1996-06-12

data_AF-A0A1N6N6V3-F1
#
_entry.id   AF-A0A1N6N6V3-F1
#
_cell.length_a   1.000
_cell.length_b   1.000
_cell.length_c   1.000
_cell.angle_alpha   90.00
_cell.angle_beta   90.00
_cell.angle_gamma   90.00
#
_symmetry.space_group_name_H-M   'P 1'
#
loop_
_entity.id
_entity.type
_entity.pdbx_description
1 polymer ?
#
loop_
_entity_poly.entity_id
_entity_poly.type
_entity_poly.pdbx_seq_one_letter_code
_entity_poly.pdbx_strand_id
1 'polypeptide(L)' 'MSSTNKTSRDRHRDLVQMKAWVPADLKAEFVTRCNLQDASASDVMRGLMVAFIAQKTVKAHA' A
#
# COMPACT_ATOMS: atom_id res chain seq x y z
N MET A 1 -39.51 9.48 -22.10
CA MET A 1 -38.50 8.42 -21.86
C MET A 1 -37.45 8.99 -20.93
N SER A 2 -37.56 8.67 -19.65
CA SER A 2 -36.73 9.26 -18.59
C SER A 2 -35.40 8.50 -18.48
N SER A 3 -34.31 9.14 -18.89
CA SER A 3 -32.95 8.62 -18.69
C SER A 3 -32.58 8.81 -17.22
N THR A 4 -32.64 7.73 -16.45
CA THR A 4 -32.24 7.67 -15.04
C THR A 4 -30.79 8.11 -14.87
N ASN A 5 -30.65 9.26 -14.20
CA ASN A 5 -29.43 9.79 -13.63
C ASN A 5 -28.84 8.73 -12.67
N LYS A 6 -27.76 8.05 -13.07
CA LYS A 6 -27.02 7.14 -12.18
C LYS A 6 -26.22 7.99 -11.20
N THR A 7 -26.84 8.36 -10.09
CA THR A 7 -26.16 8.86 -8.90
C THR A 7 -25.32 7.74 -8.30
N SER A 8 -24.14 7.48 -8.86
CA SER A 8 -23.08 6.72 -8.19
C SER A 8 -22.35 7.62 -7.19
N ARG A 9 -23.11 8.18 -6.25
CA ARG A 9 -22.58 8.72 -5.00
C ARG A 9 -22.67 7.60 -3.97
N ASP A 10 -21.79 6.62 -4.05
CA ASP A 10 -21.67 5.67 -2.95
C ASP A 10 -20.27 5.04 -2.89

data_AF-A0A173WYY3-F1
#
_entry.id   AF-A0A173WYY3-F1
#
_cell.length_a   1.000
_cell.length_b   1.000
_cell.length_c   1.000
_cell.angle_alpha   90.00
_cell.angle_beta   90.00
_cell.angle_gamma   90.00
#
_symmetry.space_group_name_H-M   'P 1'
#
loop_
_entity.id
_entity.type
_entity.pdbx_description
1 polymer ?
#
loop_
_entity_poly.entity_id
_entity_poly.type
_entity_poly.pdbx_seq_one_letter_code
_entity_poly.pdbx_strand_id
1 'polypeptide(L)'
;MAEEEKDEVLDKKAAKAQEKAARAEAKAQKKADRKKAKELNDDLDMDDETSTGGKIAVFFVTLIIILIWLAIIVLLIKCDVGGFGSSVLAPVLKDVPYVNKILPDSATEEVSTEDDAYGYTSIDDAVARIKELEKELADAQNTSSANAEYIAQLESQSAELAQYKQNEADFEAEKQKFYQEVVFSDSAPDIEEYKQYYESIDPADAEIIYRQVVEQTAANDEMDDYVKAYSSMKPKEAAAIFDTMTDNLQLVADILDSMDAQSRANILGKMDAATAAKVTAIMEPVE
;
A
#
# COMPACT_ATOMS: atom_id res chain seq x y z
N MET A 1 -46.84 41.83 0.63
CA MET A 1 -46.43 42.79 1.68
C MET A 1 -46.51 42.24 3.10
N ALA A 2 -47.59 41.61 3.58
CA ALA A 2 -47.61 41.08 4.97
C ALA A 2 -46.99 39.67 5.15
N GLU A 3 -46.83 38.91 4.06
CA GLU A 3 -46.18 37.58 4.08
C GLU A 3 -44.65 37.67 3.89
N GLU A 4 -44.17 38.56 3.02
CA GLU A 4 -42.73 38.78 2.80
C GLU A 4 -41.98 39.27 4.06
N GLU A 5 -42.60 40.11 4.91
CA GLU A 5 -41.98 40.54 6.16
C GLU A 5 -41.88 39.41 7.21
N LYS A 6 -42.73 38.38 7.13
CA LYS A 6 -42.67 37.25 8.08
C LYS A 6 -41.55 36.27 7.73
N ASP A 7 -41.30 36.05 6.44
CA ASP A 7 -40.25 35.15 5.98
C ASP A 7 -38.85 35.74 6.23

The World Wide Web (WWW) offers the potential to deliver specialized information to an audience of unprecedented size. Along with this exciting new opportunity comes a challenge for software developers: instead of rewriting our software applications to operate over the WWW, how can we maximize software reuse by retrofitting existing applications? We have developed a Web server tool, written in Common Lisp, that allows existing graphical user interface applications written using the Common Lisp Interface Manager (CLIM) to hook easily into the WWW. This tool-CWEST (CLIM-WEb Server Tool, pronounced "quest")-was developed to operate with EcoCyc, an electronic encyclopedia of the genes and metabolism of the bacterium E. coli. EcoCyc consists of a database of objects relevant to E. coli biochemistry and a user interface, implemented in CLIM, that runs on the X-window system and generates graphical displays appropriate to biological objects. Each query to the EcoCyc WWW server is treated as a command to the EcoCyc program, which dynamically generates an appropriate CLIM drawing. CWEST translates that drawing, which can be a mixture of text and graphics, into the HyperText Markup Language (HTML) and/or the Graphics Interchange Format (GIF), which are returned to the client. Sensitive regions embedded in the CLIM drawing are converted to hyperlinks with Universal Resource Locators (URLs) that generate further EcoCyc queries. This tight coupling of CLIM output with Web output makes CLIM a powerful high-level programming tool for Web applications. The flexibility of Common Lisp and CLIM made implementation of the server tool surprisingly easy, requiring few changes to the existing EcoCyc program. The results can be seen at URL http: @www.ai.sri.com/ecocyc/browser.html. We have made CWEST available to the CLIM community at large, with the hope that it will spur other software developers to make their CLIM applications available over the WWW. PMID:8654966